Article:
The compost cookie has nothing to do with garbage. It’s a butter-and-brown sugar cookie loaded with bits of candy and snack food. It sounds strange but it tastes divine. Invented by Christina Tosi, the sugar genius behind Momofuku Milk Bar, the cookie has become an Internet sensation. It’s no wonder. It’s a brilliant idea and a truly decadent dessert.
But what if you want to put your own spin on it? What if you don’t like the butterscotch chips that Tosi recommends, or you have some leftovers treats that you’d like to use up? The compost cookie can be your edible canvas. The recipe is easy to alter to any specifications or cravings. But do take care — a loaded compost cookie can go from delicious to disgusting in a flash. Here are my six tips for compost cookie success:
Christmas is still far away — 108 days away, in fact. But the holiday spirit comes (way) early to the Food Network Magazine office, where the staff is hard at work on the December issue.
Vote in the polls below to help provide valuable insight on the sweetest part of December: cookies. While you may not be ready to think about holiday roasts yet, there’s never a bad time to think about cookies, even if they’re reindeer-shaped and decked out in festive royal icing.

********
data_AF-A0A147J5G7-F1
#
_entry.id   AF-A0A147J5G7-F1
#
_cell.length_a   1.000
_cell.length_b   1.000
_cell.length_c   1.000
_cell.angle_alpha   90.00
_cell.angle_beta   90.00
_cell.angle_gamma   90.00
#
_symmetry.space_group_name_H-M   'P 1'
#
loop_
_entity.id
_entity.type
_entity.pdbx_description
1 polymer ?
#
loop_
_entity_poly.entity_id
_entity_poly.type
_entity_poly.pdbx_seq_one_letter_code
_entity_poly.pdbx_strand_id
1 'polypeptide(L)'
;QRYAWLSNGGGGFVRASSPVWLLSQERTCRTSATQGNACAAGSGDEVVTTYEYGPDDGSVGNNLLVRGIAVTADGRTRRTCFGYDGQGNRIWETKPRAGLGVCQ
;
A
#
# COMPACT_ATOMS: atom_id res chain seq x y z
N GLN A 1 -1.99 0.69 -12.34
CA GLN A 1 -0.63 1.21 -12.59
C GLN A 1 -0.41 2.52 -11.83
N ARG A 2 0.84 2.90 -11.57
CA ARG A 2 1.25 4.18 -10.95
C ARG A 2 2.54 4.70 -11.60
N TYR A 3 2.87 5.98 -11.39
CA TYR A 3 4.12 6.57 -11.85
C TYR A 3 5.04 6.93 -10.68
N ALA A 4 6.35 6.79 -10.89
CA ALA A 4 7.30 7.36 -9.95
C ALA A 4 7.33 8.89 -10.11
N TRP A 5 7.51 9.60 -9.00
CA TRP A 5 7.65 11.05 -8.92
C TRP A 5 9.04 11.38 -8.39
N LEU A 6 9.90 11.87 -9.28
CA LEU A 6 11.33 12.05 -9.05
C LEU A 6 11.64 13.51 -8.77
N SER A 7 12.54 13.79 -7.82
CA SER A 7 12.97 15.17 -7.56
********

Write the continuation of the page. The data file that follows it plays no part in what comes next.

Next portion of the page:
Cookie lovers, rejoice! Mindy Segal’s new cookbook, Cookie Love, is here to fill your life and your kitchen with crunchy, chewy, salty-sweet four-bite treats. Whether you’re craving the crispy, caramelized goodness of Oatmeal Scotchies or the deep chocolate and sweet minty notes of the Black Sabbath sandwich cookies, you’ll find your new favorite cookie bite in the pages of this book. The variety of cookies you’ll find in Cookie Love runs the gamut from classic drop cookies with bold flavors all the way to sweet and salty bar cookies (like the Honey Walnut Bars, which you can make home with the recipe below) and back again. Meringues? It has them. Rugelach? You’re set. Spritz cookies? Look no further. Segal has you covered with fun, innovative flavors and textures no matter what kind of cookie you’re looking to make.
When it comes to baking, it’s no secret that getting it right is all in the details. According to Segal, these are the top three reasons many home cooks struggle with cookie baking. Learn from these notes:
1. They do not read the recipe through and follow the writer’s techniques.
2. They do not use correct room-temperature ingredients.
3. They think they can alter the recipe before they have even made it.
This morning’s brand-new episode of The Kitchen was all about moms. From brunch-ready recipes like baked eggs to pretty, edible gift ideas, the Mother’s Day celebrations were in full effect, especially when it came time to make a treat Mom’s likely known for: the chocolate chip cookie. Katie Lee’s go-to cookie (pictured above) featured brown sugar, which promises a chewy bite. As the cast explained in their go-to guide to chocolate chippers, if you were to leave out the brown sugar, the end result would be a bit crispier.
FN Dish wants to know what the ultimate chocolate chip cookie looks — and tastes — like to you. Do you prefer it a dark-golden color with a crispy, crunchy texture, or do you prefer the cookie with a soft, chewy center? Let us know by voting in the poll below.